The Walls of Dubrovnik (Croatian: Dubrovačke gradske zidine) are a series of defensive stone walls that have surrounded and protected the citizens of this town for many centuries.
With numerous additions and modifications throughout their history, they have been considered to be amongst the great fortification systems of the Middle Ages, as they were never breached by a hostile army during this time period.
Today's intact city walls, constructed mainly during the 12th–17th centuries, mostly a double line, have long been a source of pride for Dubrovnik.
The walls run an uninterrupted course of approximately 1,940 metres (6,360 ft) in length, encircling most of the old city, and reach a maximum height of about 25 metres (82 ft).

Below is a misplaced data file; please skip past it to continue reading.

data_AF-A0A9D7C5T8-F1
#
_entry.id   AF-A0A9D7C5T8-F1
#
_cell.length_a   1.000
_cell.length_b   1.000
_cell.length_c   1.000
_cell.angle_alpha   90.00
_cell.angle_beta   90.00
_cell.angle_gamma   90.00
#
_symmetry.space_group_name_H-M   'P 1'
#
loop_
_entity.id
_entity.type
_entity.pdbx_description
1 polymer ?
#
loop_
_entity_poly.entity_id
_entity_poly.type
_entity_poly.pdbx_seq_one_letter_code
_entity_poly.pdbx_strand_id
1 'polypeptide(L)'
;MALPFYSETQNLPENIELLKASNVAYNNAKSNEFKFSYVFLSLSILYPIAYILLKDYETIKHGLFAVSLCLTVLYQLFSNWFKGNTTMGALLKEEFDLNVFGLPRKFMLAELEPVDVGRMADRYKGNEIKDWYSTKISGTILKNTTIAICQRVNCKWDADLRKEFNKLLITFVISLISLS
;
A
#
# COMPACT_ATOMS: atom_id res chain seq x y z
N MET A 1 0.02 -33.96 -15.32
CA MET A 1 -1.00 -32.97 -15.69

The bulk of the existing walls and fortifications were constructed during the 14th and 15th centuries, but were continually extended and strengthened up until the 17th century.
This complex structure, amongst the largest and most complete in Europe, protected the freedom and safety of a "civilised" and "sophisticated" republic that flourished in peace and prosperity for five centuries.
The walls were reinforced by three circular and 14 quadrangular towers, five bastions (bulwarks), two angular fortifications and the large St. John's Fortress.
Land Walls were additionally reinforced by one larger bastion and nine smaller semicircular ones, like the casemate Fort Bokar, the oldest preserved fort of that kind in Europe.
The moat that ran around the outside section of the city walls which were armed by more than 120 cannons, made superb city defense.